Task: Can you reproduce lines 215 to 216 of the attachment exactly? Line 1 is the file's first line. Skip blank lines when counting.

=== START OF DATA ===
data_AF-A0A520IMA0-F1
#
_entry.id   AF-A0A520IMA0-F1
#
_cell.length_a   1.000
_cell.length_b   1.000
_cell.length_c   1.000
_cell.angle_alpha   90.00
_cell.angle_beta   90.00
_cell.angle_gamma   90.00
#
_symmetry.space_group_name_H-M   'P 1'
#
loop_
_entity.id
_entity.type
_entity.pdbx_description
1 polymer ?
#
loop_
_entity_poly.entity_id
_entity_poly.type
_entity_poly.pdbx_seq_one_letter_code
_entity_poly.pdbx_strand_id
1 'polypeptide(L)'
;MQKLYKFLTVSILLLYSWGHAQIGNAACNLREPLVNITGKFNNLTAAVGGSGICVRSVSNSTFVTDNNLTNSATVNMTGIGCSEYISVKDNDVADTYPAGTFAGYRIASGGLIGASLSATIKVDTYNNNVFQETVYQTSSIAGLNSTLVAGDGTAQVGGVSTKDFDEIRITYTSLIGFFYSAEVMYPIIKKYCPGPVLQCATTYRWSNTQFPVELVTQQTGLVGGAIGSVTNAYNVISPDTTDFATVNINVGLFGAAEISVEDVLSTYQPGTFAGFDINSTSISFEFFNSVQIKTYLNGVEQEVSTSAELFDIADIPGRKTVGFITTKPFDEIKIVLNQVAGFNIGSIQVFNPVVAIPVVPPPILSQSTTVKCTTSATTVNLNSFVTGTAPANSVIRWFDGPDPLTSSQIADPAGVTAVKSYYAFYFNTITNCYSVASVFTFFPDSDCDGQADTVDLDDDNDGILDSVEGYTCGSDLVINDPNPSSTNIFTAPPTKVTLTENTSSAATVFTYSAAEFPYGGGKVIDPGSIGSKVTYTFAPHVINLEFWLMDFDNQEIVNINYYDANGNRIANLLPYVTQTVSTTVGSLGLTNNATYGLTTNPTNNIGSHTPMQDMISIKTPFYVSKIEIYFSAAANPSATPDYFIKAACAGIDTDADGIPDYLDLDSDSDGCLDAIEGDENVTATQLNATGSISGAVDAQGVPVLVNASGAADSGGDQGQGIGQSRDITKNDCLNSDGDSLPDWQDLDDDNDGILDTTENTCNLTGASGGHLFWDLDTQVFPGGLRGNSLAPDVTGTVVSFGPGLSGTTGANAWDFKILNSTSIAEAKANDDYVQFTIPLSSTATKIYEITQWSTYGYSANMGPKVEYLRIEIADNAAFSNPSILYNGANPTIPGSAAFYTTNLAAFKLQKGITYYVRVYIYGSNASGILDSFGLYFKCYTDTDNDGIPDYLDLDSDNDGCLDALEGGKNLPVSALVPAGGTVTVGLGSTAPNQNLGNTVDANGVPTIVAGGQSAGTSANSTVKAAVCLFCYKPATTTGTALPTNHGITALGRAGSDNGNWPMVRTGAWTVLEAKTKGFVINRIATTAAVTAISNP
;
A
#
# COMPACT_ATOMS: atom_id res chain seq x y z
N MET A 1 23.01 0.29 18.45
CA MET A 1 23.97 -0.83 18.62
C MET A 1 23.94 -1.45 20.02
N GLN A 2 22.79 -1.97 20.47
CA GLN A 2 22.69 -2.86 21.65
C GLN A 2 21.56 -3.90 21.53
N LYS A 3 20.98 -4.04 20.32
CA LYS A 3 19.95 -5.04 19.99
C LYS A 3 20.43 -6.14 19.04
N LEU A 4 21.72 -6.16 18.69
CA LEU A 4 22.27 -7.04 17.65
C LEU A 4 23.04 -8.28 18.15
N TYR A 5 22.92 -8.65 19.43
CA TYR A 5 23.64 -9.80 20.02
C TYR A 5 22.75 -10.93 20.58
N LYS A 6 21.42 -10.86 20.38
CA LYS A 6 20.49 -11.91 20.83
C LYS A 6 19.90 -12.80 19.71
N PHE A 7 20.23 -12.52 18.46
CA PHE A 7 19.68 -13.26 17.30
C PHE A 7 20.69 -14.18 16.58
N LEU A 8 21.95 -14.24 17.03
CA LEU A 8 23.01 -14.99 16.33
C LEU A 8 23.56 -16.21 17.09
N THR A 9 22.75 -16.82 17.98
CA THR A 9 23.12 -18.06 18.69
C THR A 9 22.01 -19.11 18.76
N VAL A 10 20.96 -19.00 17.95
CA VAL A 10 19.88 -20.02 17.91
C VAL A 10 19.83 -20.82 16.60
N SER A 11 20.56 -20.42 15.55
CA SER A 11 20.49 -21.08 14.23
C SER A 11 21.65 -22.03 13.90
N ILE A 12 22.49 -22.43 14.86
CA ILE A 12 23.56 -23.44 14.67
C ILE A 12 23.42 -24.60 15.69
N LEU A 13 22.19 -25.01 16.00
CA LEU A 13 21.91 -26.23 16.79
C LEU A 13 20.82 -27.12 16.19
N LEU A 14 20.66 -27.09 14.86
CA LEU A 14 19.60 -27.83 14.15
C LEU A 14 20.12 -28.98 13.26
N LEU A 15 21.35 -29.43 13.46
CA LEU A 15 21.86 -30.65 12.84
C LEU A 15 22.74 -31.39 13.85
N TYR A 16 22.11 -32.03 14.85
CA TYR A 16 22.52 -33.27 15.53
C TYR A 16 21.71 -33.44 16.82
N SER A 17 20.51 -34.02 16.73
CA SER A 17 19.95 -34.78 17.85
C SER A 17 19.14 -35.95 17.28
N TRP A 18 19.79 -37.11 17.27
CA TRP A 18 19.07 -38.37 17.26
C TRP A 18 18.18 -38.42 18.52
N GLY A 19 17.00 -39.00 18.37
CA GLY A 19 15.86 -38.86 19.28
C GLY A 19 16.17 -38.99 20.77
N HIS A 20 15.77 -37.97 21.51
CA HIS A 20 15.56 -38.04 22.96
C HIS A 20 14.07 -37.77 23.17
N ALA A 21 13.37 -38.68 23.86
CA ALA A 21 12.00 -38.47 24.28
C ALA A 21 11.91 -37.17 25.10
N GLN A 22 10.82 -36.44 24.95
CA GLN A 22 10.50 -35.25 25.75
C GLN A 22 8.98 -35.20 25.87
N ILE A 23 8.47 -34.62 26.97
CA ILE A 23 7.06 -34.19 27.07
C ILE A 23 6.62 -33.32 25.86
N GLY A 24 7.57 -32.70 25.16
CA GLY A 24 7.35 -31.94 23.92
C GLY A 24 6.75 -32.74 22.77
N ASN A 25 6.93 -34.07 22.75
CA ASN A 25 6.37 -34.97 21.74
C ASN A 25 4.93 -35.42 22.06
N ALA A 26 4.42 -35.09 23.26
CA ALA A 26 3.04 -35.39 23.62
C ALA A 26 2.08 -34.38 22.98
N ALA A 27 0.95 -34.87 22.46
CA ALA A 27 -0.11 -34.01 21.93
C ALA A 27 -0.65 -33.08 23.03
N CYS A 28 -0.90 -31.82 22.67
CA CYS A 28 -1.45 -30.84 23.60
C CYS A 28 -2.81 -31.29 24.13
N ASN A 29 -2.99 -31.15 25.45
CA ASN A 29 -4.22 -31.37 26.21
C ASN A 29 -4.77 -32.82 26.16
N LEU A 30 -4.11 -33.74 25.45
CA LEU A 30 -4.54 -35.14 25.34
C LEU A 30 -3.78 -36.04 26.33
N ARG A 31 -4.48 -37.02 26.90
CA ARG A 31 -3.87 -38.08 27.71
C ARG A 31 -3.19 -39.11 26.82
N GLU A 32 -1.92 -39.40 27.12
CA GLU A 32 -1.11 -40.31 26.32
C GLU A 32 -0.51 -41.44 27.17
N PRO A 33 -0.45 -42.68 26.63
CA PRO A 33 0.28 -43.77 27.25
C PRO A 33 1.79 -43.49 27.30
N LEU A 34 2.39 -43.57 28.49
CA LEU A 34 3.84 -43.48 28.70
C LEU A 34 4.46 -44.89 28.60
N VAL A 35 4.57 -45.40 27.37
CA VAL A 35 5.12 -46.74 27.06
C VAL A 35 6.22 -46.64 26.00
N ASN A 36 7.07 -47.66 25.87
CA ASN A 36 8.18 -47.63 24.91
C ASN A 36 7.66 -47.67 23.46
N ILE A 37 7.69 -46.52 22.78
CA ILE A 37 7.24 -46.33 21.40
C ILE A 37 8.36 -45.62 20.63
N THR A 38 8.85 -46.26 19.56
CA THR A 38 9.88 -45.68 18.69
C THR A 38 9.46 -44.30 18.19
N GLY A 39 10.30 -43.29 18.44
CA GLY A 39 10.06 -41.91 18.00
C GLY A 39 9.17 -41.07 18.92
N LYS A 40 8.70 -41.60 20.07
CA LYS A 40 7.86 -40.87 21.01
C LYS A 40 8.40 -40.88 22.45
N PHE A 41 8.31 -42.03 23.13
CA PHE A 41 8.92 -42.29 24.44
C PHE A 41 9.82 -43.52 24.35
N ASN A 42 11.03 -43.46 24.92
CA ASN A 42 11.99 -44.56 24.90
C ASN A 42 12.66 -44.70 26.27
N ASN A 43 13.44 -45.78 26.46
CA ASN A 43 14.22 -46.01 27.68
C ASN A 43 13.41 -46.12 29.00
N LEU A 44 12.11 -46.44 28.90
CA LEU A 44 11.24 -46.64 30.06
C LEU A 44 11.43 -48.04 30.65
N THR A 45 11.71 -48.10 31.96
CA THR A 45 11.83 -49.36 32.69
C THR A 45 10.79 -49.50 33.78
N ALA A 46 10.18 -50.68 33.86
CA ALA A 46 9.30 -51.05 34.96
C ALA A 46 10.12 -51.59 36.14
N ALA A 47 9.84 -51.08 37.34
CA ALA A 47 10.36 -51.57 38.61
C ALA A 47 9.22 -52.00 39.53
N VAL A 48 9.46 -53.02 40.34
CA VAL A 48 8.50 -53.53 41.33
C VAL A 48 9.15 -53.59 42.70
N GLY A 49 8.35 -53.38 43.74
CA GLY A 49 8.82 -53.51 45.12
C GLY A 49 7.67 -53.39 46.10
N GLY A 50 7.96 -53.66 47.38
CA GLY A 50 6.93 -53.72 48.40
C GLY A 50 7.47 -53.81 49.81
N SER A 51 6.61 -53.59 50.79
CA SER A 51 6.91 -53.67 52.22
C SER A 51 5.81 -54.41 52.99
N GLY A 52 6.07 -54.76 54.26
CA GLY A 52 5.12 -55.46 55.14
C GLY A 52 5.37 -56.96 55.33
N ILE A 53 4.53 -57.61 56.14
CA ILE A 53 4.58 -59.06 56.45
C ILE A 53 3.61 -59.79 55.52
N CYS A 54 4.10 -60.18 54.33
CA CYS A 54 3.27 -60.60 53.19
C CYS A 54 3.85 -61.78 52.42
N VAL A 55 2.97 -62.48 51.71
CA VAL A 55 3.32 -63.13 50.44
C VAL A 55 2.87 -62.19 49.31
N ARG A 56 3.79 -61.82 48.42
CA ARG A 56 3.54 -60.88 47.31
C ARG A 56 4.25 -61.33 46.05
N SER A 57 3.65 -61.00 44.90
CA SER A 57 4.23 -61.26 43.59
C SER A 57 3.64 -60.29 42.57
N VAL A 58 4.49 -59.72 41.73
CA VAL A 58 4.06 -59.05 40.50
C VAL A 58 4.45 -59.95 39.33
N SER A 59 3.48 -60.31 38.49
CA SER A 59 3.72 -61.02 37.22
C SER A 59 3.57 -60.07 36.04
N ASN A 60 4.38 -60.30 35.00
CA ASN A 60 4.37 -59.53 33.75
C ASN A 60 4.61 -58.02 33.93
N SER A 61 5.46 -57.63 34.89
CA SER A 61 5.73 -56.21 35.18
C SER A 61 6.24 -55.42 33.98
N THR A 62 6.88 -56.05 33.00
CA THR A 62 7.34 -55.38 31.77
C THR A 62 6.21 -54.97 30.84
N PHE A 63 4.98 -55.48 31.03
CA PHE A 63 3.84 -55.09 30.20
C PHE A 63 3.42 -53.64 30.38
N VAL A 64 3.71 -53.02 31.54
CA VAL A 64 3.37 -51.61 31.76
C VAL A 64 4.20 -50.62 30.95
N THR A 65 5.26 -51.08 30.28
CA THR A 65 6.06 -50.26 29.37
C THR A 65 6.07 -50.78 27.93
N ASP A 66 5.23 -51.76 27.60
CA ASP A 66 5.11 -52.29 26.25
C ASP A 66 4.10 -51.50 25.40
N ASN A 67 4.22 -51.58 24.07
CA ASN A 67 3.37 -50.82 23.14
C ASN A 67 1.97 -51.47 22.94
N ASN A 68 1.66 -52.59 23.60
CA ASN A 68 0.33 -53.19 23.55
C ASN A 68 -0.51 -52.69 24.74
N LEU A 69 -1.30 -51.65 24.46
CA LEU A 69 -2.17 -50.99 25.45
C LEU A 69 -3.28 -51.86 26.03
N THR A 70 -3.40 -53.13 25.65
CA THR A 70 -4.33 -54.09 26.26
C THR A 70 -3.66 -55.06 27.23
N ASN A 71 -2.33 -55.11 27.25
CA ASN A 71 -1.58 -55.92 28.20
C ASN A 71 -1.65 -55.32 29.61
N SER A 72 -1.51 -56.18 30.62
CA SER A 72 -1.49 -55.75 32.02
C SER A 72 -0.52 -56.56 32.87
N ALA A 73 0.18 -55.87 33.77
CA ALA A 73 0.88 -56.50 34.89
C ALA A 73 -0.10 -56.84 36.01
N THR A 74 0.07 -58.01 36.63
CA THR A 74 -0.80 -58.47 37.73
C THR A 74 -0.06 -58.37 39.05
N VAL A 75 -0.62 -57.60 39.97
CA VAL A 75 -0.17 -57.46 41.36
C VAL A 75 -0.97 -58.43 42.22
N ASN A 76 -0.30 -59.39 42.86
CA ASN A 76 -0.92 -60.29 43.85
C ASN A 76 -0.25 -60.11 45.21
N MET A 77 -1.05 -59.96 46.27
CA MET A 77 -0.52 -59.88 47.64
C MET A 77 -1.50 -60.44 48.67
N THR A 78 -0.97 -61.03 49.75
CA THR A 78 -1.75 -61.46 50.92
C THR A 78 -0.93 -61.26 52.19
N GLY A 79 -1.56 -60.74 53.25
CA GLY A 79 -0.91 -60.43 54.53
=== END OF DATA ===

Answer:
CA THR A 62 7.34 -55.38 31.77
C THR A 62 6.21 -54.97 30.84